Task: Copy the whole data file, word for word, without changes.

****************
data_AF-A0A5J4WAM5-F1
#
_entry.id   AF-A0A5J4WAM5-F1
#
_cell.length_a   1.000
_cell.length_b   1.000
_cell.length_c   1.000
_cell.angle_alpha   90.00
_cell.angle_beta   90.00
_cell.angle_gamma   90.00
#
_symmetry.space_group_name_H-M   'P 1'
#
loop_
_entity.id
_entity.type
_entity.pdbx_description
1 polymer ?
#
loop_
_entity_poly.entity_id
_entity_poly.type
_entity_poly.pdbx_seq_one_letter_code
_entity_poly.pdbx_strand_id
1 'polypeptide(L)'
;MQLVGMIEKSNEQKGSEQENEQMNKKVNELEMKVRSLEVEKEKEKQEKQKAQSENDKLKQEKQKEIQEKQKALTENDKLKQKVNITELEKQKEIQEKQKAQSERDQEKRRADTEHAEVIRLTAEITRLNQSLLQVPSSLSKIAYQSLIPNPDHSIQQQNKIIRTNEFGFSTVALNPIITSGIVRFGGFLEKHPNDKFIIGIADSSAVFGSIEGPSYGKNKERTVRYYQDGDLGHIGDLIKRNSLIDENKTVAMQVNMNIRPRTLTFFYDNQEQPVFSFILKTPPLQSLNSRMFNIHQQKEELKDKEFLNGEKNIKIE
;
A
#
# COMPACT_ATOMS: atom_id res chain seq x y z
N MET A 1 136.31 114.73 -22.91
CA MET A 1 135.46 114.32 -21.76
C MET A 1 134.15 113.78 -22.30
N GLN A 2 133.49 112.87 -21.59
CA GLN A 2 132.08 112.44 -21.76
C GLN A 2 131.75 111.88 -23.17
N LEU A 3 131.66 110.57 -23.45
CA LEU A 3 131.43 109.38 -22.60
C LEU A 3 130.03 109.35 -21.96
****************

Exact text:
data_AF-A0A5J4WAM5-F1
#
_entry.id   AF-A0A5J4WAM5-F1
#
_cell.length_a   1.000
_cell.length_b   1.000
_cell.length_c   1.000
_cell.angle_alpha   90.00
_cell.angle_beta   90.00
_cell.angle_gamma   90.00
#
_symmetry.space_group_name_H-M   'P 1'
#
loop_
_entity.id
_entity.type
_entity.pdbx_description
1 polymer ?
#
loop_
_entity_poly.entity_id
_entity_poly.type
_entity_poly.pdbx_seq_one_letter_code
_entity_poly.pdbx_strand_id
1 'polypeptide(L)'
;MQLVGMIEKSNEQKGSEQENEQMNKKVNELEMKVRSLEVEKEKEKQEKQKAQSENDKLKQEKQKEIQEKQKALTENDKLKQKVNITELEKQKEIQEKQKAQSERDQEKRRADTEHAEVIRLTAEITRLNQSLLQVPSSLSKIAYQSLIPNPDHSIQQQNKIIRTNEFGFSTVALNPIITSGIVRFGGFLEKHPNDKFIIGIADSSAVFGSIEGPSYGKNKERTVRYYQDGDLGHIGDLIKRNSLIDENKTVAMQVNMNIRPRTLTFFYDNQEQPVFSFILKTPPLQSLNSRMFNIHQQKEELKDKEFLNGEKNIKIE
;
A
#
# COMPACT_ATOMS: atom_id res chain seq x y z
N MET A 1 136.31 114.73 -22.91
CA MET A 1 135.46 114.32 -21.76
C MET A 1 134.15 113.78 -22.30
N GLN A 2 133.49 112.87 -21.59
CA GLN A 2 132.08 112.44 -21.76
C GLN A 2 131.75 111.88 -23.17
N LEU A 3 131.66 110.57 -23.45
CA LEU A 3 131.43 109.38 -22.60
C LEU A 3 130.03 109.35 -21.96